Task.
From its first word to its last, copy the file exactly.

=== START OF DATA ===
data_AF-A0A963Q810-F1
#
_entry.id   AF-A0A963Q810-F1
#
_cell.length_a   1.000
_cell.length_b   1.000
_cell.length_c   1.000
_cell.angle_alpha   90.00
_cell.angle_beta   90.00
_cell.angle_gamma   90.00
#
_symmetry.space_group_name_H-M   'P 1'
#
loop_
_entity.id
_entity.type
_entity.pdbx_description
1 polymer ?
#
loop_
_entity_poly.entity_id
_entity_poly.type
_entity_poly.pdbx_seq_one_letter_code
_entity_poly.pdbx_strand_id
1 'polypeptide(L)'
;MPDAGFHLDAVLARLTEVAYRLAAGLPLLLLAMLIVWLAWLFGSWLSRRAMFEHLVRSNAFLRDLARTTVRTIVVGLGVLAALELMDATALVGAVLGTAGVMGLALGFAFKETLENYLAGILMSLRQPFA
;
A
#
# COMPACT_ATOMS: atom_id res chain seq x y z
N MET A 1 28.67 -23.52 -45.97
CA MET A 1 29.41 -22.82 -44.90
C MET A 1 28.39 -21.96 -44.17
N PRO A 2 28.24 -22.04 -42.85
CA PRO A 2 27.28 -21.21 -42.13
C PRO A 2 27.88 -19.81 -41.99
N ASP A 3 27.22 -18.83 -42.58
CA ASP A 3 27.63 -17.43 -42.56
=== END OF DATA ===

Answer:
data_AF-A0A963Q810-F1
#
_entry.id   AF-A0A963Q810-F1
#
_cell.length_a   1.000
_cell.length_b   1.000
_cell.length_c   1.000
_cell.angle_alpha   90.00
_cell.angle_beta   90.00
_cell.angle_gamma   90.00
#
_symmetry.space_group_name_H-M   'P 1'
#
loop_
_entity.id
_entity.type
_entity.pdbx_description
1 polymer ?
#
loop_
_entity_poly.entity_id
_entity_poly.type
_entity_poly.pdbx_seq_one_letter_code
_entity_poly.pdbx_strand_id
1 'polypeptide(L)'
;MPDAGFHLDAVLARLTEVAYRLAAGLPLLLLAMLIVWLAWLFGSWLSRRAMFEHLVRSNAFLRDLARTTVRTIVVGLGVLAALELMDATALVGAVLGTAGVMGLALGFAFKETLENYLAGILMSLRQPFA
;
A
#
# COMPACT_ATOMS: atom_id res chain seq x y z
N MET A 1 28.67 -23.52 -45.97
CA MET A 1 29.41 -22.82 -44.90
C MET A 1 28.39 -21.96 -44.17
N PRO A 2 28.24 -22.04 -42.85
CA PRO A 2 27.28 -21.21 -42.13
C PRO A 2 27.88 -19.81 -41.99
N ASP A 3 27.22 -18.83 -42.58
CA ASP A 3 27.63 -17.43 -42.56